The Russian Royal Family
The last Tsar of Russia, Nicholas II, came to the throne in October 1894, before the widespread
production of postcards. Thus the postcards that we have are only of him and his family, as
none were produced before his reign.
Nicholas abdicated in 1917 under pressure from the revolutionaries in Russia, and in 1918 he,
his wife Alexandra, their son Alexei and their four daughters Olga, Maria, Tatiana and
Anastasia, were executed near Ekaterinburg. Their bodies were buried in a pit and burned.
Some of the postcards which appear here were produced by Russian emigres in France to
commemorate their ruler. Others were printed whilst the Tsar was still in power.
Old Postcard, Tsarevich Alexei
The postcard on the left shows
Nicholas and Alexandra's son,
Alexei, their fifth child. This poor
lad suffered from haemophilia, a
disease which in those days could
not be treated, and as a result
spent much of his life in intense
pain. Doctors could not help and
only the monk Rasputin seemed to
be able to bring about any relief.
This enabled Rasputin to have an
ever increasing influence over first
Alexandra and then Nicholas - so
much influence that finally a group
of Russian noblemen, led by Felix
Yusupov, decided to kill him. The
story of the assassination is
fascinating - see our book
recommendations. The Tsarevich's
illness was kept secret from the
Russian people.
Grand Duchesses Olga and Tatiana, Vintage Postcard
No date for this postcard, but at the
time of their execution, Olga was 23
and Tatiana 21.
For many years there were rumours that one of the Tsar's children, the Grand Duchess Anastasia, had
managed to escape assassination and was alive and well. Several women claimed to be her, the most notorious
being Anna Anderson, and whilst remaining members of the Romanovs did not believe she was Anastasia,
many people did, even though police investigations showed otherwise. On her death in 1984, DNA tests showed
that she was not a Romanov, and subsequent investigations and DNA tests by the Russian Government have
proved conclusively that Anastasia perished with her family.
Tsarevitch, Alexei
Czar Nicholas II
Tsar Nicholas II
Edward VIII, Nicholas II, Csarevitch, George V - Vintage Postcard
Prince Edward (later Edward VIII),
the Czar, the Czarevitch and the
Prince of Wales (later George V).
Note the physical resemblance
between the Czar and the Prince
of Wales - they were first cousins.
Nicholas was very close to his cousin, King George V of Great Britain. After Nicholas's abdication, it was hoped that he and his
family would be able to find asylum in England, and approaches were made to the British Government by Kerensky and the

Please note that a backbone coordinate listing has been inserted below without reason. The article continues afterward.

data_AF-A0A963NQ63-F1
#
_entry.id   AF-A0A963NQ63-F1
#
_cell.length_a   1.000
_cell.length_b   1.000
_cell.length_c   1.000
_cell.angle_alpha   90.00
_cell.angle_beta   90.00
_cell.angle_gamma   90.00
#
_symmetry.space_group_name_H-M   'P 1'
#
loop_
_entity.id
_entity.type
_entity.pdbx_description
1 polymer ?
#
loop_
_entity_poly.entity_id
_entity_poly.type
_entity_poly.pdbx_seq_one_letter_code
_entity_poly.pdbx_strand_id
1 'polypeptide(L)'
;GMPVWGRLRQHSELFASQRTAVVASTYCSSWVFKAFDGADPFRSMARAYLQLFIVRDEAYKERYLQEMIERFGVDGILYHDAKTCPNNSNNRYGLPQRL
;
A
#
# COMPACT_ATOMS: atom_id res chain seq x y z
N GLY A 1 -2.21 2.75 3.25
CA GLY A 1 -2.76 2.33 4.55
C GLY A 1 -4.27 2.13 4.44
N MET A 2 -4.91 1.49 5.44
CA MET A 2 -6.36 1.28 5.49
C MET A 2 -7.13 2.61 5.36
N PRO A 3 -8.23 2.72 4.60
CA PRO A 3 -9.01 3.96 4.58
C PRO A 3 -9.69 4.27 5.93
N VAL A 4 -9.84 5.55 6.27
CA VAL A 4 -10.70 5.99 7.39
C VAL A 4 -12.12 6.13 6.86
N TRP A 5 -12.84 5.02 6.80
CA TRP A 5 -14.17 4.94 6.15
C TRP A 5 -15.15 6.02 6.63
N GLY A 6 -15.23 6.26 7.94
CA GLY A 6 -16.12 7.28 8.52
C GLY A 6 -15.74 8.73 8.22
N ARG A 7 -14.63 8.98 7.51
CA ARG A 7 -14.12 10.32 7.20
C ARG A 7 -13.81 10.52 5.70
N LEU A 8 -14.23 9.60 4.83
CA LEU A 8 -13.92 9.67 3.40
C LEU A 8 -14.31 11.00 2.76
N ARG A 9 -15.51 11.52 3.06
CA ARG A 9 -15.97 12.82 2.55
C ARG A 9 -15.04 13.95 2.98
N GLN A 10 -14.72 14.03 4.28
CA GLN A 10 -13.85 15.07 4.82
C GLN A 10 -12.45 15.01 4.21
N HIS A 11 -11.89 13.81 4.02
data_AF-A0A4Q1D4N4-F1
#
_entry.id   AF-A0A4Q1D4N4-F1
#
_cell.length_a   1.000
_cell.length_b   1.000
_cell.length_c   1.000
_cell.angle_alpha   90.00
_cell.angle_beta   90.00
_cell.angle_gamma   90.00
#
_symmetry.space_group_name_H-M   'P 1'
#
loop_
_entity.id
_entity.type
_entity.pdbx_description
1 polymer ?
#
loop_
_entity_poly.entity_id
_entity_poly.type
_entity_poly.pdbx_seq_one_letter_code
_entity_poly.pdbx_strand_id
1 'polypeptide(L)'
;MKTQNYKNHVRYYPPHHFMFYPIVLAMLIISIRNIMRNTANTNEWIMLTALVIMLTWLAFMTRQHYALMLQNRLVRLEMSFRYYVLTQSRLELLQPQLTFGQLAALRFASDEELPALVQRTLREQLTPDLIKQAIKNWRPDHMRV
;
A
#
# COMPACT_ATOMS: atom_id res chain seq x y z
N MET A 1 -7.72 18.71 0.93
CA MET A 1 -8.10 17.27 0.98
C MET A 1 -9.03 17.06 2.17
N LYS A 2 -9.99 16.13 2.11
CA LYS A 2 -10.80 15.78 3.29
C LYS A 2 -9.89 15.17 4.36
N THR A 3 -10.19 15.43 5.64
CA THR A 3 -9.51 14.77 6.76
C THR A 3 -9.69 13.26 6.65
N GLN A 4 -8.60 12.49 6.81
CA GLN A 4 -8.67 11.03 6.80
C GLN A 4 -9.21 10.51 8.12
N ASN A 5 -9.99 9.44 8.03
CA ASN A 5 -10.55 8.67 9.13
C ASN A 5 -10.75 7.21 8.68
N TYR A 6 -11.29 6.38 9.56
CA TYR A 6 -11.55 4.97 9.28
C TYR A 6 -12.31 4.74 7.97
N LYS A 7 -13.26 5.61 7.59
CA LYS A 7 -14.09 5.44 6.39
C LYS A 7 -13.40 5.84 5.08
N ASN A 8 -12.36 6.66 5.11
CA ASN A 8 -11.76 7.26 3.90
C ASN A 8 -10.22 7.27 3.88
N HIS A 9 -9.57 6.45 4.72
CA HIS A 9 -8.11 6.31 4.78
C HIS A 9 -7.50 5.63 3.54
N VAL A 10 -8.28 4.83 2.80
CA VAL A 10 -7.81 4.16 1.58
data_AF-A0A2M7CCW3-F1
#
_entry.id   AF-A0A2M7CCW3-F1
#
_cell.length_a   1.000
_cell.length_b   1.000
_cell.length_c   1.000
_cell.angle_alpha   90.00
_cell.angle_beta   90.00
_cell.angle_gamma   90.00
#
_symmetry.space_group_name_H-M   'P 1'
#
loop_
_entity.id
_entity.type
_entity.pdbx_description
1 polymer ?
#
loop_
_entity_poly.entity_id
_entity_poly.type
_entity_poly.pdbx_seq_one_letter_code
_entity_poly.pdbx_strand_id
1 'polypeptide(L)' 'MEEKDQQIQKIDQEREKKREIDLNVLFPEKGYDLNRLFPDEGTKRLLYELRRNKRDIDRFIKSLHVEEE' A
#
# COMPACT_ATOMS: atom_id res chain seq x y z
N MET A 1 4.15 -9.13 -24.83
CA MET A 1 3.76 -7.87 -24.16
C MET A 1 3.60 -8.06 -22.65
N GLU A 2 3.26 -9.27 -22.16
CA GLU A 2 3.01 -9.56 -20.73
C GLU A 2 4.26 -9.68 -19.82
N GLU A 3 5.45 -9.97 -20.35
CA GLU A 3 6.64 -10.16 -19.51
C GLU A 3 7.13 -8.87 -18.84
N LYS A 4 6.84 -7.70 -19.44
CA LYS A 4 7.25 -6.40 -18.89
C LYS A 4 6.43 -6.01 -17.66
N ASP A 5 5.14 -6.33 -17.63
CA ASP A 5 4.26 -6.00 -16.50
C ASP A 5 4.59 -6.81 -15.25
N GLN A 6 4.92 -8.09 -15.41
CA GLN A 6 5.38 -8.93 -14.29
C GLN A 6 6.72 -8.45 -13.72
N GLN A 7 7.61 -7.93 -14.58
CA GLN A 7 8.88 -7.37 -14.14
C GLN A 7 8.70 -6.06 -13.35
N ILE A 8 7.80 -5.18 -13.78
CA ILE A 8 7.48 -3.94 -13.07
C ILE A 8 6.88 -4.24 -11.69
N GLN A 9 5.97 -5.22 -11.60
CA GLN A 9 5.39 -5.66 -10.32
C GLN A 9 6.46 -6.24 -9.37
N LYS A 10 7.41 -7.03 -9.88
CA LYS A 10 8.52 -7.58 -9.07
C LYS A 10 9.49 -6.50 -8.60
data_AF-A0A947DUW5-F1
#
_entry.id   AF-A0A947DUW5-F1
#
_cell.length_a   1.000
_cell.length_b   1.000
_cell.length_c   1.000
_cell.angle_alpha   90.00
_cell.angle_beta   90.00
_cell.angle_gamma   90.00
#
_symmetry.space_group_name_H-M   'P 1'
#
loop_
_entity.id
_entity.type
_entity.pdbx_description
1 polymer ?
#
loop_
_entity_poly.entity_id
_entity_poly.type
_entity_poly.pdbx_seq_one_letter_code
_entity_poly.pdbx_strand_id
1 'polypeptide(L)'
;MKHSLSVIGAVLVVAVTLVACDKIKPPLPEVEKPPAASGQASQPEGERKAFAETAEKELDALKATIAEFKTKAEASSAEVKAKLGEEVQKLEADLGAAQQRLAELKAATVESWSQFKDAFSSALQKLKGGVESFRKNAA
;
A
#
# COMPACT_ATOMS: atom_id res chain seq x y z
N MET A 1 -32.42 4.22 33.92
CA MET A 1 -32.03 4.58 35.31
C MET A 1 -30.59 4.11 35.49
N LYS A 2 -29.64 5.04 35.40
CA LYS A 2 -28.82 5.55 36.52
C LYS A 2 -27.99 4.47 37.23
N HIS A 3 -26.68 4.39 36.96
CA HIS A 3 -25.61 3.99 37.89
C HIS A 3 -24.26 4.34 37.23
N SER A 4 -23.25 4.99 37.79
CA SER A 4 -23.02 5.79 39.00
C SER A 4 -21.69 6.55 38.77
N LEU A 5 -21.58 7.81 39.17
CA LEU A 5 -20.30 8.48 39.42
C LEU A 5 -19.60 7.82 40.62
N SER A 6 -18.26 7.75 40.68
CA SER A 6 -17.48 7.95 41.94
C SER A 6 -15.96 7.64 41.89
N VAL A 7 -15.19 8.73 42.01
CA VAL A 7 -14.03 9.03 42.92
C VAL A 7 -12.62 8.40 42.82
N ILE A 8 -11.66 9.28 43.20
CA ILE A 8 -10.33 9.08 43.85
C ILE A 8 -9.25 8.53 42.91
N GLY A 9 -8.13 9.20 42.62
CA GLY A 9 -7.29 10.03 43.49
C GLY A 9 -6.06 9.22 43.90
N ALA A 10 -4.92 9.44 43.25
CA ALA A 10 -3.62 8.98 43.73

Provisional Russian Government.  However, the revolutionaries in Russia did not want the Romanovs to leave the country and
perhaps organise a counter revolution, and for a while there was a stand-off between the two sides. Meanwhile, although The
British Government at first agreed, many in the UK were opposed to offering the Tsar asylum, and King George, realising that to
receive the Tsar might cause him serious unpopularity, reluctantly suggested to the Prime Minister, David Lloyd George, that
Britain should not welcome the Russian royals. The British offer was withdrawn - "His Majesty's Government does not insist on its
former offer of hospitality to the Imperial family".
Czarevitch
Olga and Tatiana
Tsarevitch
Olga and Tatiana.
Vintage Postcard, Russian Royal Family
Livadia, Yalta, Crimea
The postcard on the left shows Livadia Palace which is situated
in
Livadia, near Yalta. The Imperial family used to spend their
summers there. Built at the Tsar's request, the palace formally
opened in September 1911.
The
Yalta Conference was held here in 1945. Since then the
building has housed a museum, and is sometimes used for
international conferences.
Ekaterinburg
Ekaterinburg - the River Iset.
Follow this link for an excellent website
about Tsarskoe Selo.
Postcards of the Past
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Nicholas II
In conjunction with Zazzle, we have produced an extensive range of gifts, using images from these
old postcards. The items available include many reproduction postcards, coffee mugs, greetings
cards, key chains, fridge magnets, watches etc. Many images on these pages have a direct link to a
reproduction postcard - just click on the image to see and buy it ! (They are only about £1 each !)
Or, to view more gifts based on our old postcards, follow
this link.
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All our postcards are at least 50 years old !
Sarah Gamp Magnet
Sarah Gamp Magnet by Postcards of the Past
Browse Dickens Magnets
Tsarskoe Selo
Tsarskoe Selo
Two old postcards of Tsarskoe Selo.
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Old Postcard - Livadia, Crimea - the Grand Palace
Old Postcard - Livadia, Crimea - the Grand Palace by Postcards of the Past
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